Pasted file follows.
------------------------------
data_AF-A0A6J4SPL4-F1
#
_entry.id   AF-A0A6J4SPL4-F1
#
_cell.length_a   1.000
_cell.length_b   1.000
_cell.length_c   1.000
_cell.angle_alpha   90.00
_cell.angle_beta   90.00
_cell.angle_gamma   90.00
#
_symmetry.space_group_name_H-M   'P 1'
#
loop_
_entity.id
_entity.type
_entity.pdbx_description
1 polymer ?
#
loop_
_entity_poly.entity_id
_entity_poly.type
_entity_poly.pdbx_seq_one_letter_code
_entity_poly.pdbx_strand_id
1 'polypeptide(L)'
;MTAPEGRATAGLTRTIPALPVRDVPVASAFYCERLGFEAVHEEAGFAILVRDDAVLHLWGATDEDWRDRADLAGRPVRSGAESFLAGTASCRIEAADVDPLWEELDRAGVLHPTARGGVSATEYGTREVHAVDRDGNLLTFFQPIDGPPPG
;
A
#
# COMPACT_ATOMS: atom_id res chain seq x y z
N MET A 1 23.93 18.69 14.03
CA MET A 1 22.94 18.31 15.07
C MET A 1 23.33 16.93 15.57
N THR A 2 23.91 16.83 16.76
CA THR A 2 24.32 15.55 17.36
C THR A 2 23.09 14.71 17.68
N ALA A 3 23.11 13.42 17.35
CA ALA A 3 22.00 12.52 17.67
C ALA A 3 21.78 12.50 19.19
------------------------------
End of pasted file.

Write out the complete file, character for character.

data_AF-A0A6J4SPL4-F1
#
_entry.id   AF-A0A6J4SPL4-F1
#
_cell.length_a   1.000
_cell.length_b   1.000
_cell.length_c   1.000
_cell.angle_alpha   90.00
_cell.angle_beta   90.00
_cell.angle_gamma   90.00
#
_symmetry.space_group_name_H-M   'P 1'
#
loop_
_entity.id
_entity.type
_entity.pdbx_description
1 polymer ?
#
loop_
_entity_poly.entity_id
_entity_poly.type
_entity_poly.pdbx_seq_one_letter_code
_entity_poly.pdbx_strand_id
1 'polypeptide(L)'
;MTAPEGRATAGLTRTIPALPVRDVPVASAFYCERLGFEAVHEEAGFAILVRDDAVLHLWGATDEDWRDRADLAGRPVRSGAESFLAGTASCRIEAADVDPLWEELDRAGVLHPTARGGVSATEYGTREVHAVDRDGNLLTFFQPIDGPPPG
;
A
#
# COMPACT_ATOMS: atom_id res chain seq x y z
N MET A 1 23.93 18.69 14.03
CA MET A 1 22.94 18.31 15.07
C MET A 1 23.33 16.93 15.57
N THR A 2 23.91 16.83 16.76
CA THR A 2 24.32 15.55 17.36
C THR A 2 23.09 14.71 17.68
N ALA A 3 23.11 13.42 17.35
CA ALA A 3 22.00 12.52 17.67
C ALA A 3 21.78 12.50 19.19